3: In Jesus’ teaching there is a strong ethic of working for “the common good”, to serve a community with all our different gifts, rather than our jobs purely being about wealth creation for ourselves. This is reflected in Labour’s commitment to protect those public services which will never have great market value, but immense benefit to the public. Fair progressive taxation helps to provide a context where we can all progress together, rather than sacrificing those who are struggling at the end of the line.

4: Jesus firmly placed himself in the centre of the “Big Story” of creation and redemption. For Christians who believe that we are called to be part of God’s “Big Story” i.e. the restoration, redemption and reconciliation of all things in creation, Labour’s policies of engagement fly in the face of conservative (small c) theologies of escape for the privileged few to a separate heavenly realm. We can be permanent stewards of this place that we call home, not temporary residents. This is reflected in Labour’s responsiveness to Christian NGO and church campaigns to increase its already ground-breaking carbon emissions cut target from 60% to 80% – the first Government worldwide to set legally binding targets.

5: In the parable of the sheep and the goats, Jesus warned against the hypocrisy of speaking on his behalf yet actually turning him away, by rejecting the pleas for hospitality from the naked, hungry and poor. The Department for International Development was created by the present Labour Government, and Gordon Brown has shown leadership globally on international development issues including debt cancellation and aid. The tangible effects of debt cancellation are there for all to see across the world. No other world leader has continually reminded the global community of the dangers and injustice of not meeting the Millennium Development Goals.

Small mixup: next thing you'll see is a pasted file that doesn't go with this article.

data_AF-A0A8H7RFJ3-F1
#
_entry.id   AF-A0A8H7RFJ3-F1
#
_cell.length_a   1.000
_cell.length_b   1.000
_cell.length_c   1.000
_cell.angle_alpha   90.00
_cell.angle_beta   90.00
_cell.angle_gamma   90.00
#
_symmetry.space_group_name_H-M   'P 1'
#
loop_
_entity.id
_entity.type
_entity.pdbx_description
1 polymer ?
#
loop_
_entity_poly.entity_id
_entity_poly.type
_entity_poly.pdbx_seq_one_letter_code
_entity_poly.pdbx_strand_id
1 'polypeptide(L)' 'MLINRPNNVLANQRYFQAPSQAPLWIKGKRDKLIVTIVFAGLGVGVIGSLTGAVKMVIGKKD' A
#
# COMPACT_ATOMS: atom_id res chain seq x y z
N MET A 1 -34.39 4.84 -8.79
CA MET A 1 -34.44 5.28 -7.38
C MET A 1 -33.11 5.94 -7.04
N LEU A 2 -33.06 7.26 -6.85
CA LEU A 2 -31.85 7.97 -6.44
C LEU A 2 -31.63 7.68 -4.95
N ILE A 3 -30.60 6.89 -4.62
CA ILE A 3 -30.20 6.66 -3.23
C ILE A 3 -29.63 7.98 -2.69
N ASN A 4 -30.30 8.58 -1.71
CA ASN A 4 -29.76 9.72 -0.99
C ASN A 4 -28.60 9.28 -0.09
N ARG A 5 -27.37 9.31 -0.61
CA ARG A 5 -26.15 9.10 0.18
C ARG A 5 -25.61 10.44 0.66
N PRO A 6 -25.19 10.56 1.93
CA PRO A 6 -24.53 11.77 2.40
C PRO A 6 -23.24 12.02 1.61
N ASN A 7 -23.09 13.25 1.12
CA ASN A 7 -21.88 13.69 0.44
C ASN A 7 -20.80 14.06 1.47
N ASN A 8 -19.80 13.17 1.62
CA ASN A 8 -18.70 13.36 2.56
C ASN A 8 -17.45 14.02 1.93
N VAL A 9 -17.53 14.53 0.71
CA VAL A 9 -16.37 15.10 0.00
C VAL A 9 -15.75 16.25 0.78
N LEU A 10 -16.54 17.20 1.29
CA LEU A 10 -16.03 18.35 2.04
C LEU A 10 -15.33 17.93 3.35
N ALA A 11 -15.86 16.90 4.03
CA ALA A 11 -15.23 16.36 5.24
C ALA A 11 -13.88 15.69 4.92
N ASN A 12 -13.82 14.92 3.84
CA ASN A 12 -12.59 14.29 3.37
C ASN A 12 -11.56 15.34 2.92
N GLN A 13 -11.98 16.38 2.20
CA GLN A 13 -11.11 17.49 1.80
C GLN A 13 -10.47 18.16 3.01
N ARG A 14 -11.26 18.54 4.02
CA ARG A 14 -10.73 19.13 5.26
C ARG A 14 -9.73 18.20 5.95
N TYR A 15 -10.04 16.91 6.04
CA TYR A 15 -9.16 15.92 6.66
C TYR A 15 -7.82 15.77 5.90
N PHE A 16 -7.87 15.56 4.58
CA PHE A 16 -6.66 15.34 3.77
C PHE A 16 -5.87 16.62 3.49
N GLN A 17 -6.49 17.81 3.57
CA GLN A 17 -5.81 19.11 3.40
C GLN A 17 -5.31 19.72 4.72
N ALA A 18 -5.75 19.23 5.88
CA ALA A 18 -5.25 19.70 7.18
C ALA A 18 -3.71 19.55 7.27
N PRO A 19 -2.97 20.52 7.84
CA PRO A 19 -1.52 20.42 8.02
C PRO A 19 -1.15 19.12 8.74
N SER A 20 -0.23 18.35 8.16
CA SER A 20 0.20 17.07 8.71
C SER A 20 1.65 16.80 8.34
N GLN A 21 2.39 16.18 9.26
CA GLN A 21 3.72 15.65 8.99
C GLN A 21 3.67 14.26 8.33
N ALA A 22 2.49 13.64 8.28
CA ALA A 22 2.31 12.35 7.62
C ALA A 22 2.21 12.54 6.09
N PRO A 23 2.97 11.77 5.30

6: Trickle-down economics have been around since Old Testament times. They didn’t work then and they still don’t work now, despite the well-financed propaganda of the rich that tells us how important it is for us that they are rich. Evidence of God’s opinion on the subject is there throughout the Bible where for example, the concept of Jubilee is necessary. God affirms wealth creation, but recognises that in our innate selfishness, the rich will become richer and the poor poorer unless there is a regular “re-calibration”. Every 50 years land is handed back to its original owners. Fields are left unharvested at the edges to allow those in poverty the dignity of working for themselves and survival. Jesus also had something to say about rich men, camels and needles. Labour’s introduction of the top-rate tax band and recent regulation of city excess are good examples of laws that are honest about our potential selfishness as humans. At the other end of the scale, practical help like the Winter Fuel Allowance have greatly assisted those over 60 to pay for heating.